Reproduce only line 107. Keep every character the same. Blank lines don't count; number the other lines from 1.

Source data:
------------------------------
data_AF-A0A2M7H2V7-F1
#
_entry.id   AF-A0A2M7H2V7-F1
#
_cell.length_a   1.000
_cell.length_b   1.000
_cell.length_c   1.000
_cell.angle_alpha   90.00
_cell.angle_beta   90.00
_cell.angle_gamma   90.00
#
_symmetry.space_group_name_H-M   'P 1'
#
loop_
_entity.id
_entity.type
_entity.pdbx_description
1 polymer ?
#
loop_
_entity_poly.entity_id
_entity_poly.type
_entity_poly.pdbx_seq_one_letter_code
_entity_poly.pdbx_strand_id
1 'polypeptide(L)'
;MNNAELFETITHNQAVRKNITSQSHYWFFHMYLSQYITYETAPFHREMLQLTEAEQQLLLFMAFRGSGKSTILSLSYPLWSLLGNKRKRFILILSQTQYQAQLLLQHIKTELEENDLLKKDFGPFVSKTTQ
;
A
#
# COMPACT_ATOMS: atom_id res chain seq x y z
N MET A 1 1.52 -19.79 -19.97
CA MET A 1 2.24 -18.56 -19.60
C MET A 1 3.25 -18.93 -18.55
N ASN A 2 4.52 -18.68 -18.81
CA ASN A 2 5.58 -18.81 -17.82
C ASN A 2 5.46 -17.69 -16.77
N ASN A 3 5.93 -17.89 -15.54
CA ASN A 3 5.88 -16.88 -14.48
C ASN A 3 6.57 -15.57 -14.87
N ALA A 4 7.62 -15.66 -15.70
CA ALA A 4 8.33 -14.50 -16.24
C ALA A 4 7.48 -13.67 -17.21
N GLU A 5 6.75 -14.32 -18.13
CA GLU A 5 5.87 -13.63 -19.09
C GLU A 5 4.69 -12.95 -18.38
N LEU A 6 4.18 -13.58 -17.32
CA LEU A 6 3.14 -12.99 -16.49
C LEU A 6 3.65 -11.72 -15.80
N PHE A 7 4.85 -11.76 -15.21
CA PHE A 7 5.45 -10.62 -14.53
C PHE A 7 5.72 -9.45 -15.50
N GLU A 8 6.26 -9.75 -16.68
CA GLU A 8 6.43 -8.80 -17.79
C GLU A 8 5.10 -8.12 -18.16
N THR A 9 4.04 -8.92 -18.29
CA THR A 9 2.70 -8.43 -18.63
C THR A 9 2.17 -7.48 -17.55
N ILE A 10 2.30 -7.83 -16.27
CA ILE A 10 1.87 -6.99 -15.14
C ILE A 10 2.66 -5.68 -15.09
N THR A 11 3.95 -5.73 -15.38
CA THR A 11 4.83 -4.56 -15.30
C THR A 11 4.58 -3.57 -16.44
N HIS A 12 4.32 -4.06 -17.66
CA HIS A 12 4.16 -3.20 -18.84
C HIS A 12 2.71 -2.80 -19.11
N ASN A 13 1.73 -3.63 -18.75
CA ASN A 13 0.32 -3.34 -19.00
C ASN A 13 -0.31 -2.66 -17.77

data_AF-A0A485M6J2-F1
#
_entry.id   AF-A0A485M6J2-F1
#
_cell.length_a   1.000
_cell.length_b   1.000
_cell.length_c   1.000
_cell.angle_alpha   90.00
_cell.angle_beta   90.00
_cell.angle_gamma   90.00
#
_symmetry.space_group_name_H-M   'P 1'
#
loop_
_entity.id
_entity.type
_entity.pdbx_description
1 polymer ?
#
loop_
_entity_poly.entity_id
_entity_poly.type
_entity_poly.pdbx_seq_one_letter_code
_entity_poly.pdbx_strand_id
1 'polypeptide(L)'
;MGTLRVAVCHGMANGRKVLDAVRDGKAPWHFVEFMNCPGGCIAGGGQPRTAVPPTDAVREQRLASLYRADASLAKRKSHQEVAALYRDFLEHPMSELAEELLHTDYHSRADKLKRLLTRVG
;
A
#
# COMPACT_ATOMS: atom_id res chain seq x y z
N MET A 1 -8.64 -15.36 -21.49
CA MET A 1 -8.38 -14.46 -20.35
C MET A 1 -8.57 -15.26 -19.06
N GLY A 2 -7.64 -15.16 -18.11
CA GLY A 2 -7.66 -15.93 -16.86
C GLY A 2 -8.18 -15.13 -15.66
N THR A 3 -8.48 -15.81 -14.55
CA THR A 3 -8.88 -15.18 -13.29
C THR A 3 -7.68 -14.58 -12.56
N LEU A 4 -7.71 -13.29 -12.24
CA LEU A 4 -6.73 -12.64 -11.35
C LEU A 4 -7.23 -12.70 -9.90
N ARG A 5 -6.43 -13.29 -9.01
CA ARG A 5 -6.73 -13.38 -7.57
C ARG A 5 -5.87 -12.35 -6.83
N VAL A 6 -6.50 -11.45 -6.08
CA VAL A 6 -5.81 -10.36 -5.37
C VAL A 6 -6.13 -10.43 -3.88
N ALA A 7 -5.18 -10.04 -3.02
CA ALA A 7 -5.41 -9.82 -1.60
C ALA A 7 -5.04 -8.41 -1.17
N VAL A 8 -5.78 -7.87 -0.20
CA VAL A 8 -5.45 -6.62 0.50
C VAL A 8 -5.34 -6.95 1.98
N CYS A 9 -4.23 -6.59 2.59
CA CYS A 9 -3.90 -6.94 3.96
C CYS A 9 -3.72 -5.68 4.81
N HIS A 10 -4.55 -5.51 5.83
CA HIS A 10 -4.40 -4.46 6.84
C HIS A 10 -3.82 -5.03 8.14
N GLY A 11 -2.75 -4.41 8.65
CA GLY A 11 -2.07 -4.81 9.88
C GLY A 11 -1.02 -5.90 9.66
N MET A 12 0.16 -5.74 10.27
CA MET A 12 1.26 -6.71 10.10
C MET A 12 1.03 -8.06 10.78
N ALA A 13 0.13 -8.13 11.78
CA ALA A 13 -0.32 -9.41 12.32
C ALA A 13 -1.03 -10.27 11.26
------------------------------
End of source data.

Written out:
CA THR A 3 -8.88 -15.18 -13.29